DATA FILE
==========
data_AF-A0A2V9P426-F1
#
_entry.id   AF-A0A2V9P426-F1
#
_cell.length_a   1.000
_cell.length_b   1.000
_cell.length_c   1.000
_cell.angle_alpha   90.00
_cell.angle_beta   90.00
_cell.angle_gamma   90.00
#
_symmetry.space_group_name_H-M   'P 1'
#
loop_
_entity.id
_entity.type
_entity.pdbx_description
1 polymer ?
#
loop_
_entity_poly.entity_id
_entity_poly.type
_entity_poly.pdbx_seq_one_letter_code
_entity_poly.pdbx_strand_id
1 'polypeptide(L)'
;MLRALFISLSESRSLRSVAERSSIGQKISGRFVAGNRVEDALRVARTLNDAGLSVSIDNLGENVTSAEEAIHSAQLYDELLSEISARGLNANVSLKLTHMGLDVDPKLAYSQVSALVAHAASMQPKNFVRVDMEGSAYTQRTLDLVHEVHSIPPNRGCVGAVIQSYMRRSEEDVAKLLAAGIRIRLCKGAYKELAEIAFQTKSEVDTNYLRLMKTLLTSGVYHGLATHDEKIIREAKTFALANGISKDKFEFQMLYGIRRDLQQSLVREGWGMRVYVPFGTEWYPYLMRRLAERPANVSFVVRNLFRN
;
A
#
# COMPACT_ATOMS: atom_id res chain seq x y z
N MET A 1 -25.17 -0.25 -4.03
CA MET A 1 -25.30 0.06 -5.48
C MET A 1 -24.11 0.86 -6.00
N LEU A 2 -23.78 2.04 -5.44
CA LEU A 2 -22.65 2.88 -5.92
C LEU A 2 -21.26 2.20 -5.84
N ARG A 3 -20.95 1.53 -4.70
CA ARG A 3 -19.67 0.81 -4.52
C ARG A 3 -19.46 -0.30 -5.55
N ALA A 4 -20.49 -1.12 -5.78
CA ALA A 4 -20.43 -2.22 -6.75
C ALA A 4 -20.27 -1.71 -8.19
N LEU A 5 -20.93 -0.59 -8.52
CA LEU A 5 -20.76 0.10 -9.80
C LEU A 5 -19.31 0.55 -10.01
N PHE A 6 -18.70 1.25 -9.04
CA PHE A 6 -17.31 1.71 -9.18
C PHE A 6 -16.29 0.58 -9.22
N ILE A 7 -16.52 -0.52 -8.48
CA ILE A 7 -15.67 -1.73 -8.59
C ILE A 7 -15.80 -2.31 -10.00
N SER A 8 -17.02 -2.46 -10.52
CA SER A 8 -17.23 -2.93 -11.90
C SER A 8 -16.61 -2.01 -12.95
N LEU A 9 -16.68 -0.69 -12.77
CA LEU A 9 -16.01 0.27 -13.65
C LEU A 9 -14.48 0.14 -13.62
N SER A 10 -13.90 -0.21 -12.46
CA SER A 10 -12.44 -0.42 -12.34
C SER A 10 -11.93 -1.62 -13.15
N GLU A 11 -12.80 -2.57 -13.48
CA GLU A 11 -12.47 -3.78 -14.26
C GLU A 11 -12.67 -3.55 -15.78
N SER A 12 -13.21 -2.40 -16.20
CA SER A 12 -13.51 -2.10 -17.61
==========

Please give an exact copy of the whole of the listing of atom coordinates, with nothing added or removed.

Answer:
data_AF-A0A2V9P426-F1
#
_entry.id   AF-A0A2V9P426-F1
#
_cell.length_a   1.000
_cell.length_b   1.000
_cell.length_c   1.000
_cell.angle_alpha   90.00
_cell.angle_beta   90.00
_cell.angle_gamma   90.00
#
_symmetry.space_group_name_H-M   'P 1'
#
loop_
_entity.id
_entity.type
_entity.pdbx_description
1 polymer ?
#
loop_
_entity_poly.entity_id
_entity_poly.type
_entity_poly.pdbx_seq_one_letter_code
_entity_poly.pdbx_strand_id
1 'polypeptide(L)'
;MLRALFISLSESRSLRSVAERSSIGQKISGRFVAGNRVEDALRVARTLNDAGLSVSIDNLGENVTSAEEAIHSAQLYDELLSEISARGLNANVSLKLTHMGLDVDPKLAYSQVSALVAHAASMQPKNFVRVDMEGSAYTQRTLDLVHEVHSIPPNRGCVGAVIQSYMRRSEEDVAKLLAAGIRIRLCKGAYKELAEIAFQTKSEVDTNYLRLMKTLLTSGVYHGLATHDEKIIREAKTFALANGISKDKFEFQMLYGIRRDLQQSLVREGWGMRVYVPFGTEWYPYLMRRLAERPANVSFVVRNLFRN
;
A
#
# COMPACT_ATOMS: atom_id res chain seq x y z
N MET A 1 -25.17 -0.25 -4.03
CA MET A 1 -25.30 0.06 -5.48
C MET A 1 -24.11 0.86 -6.00
N LEU A 2 -23.78 2.04 -5.44
CA LEU A 2 -22.65 2.88 -5.92
C LEU A 2 -21.26 2.20 -5.84
N ARG A 3 -20.95 1.53 -4.70
CA ARG A 3 -19.67 0.81 -4.52
C ARG A 3 -19.46 -0.30 -5.55
N ALA A 4 -20.49 -1.12 -5.78
CA ALA A 4 -20.43 -2.22 -6.75
C ALA A 4 -20.27 -1.71 -8.19
N LEU A 5 -20.93 -0.59 -8.52
CA LEU A 5 -20.76 0.10 -9.80
C LEU A 5 -19.31 0.55 -10.01
N PHE A 6 -18.70 1.25 -9.04
CA PHE A 6 -17.31 1.71 -9.18
C PHE A 6 -16.29 0.58 -9.22
N ILE A 7 -16.52 -0.52 -8.48
CA ILE A 7 -15.67 -1.73 -8.59
C ILE A 7 -15.80 -2.31 -10.00
N SER A 8 -17.02 -2.46 -10.52
CA SER A 8 -17.23 -2.93 -11.90
C SER A 8 -16.61 -2.01 -12.95
N LEU A 9 -16.68 -0.69 -12.77
CA LEU A 9 -16.01 0.27 -13.65
C LEU A 9 -14.48 0.14 -13.62
N SER A 10 -13.90 -0.21 -12.46
CA SER A 10 -12.44 -0.42 -12.34
C SER A 10 -11.93 -1.62 -13.15
N GLU A 11 -12.80 -2.57 -13.48
CA GLU A 11 -12.47 -3.78 -14.26
C GLU A 11 -12.67 -3.55 -15.78
N SER A 12 -13.21 -2.40 -16.20
CA SER A 12 -13.51 -2.10 -17.61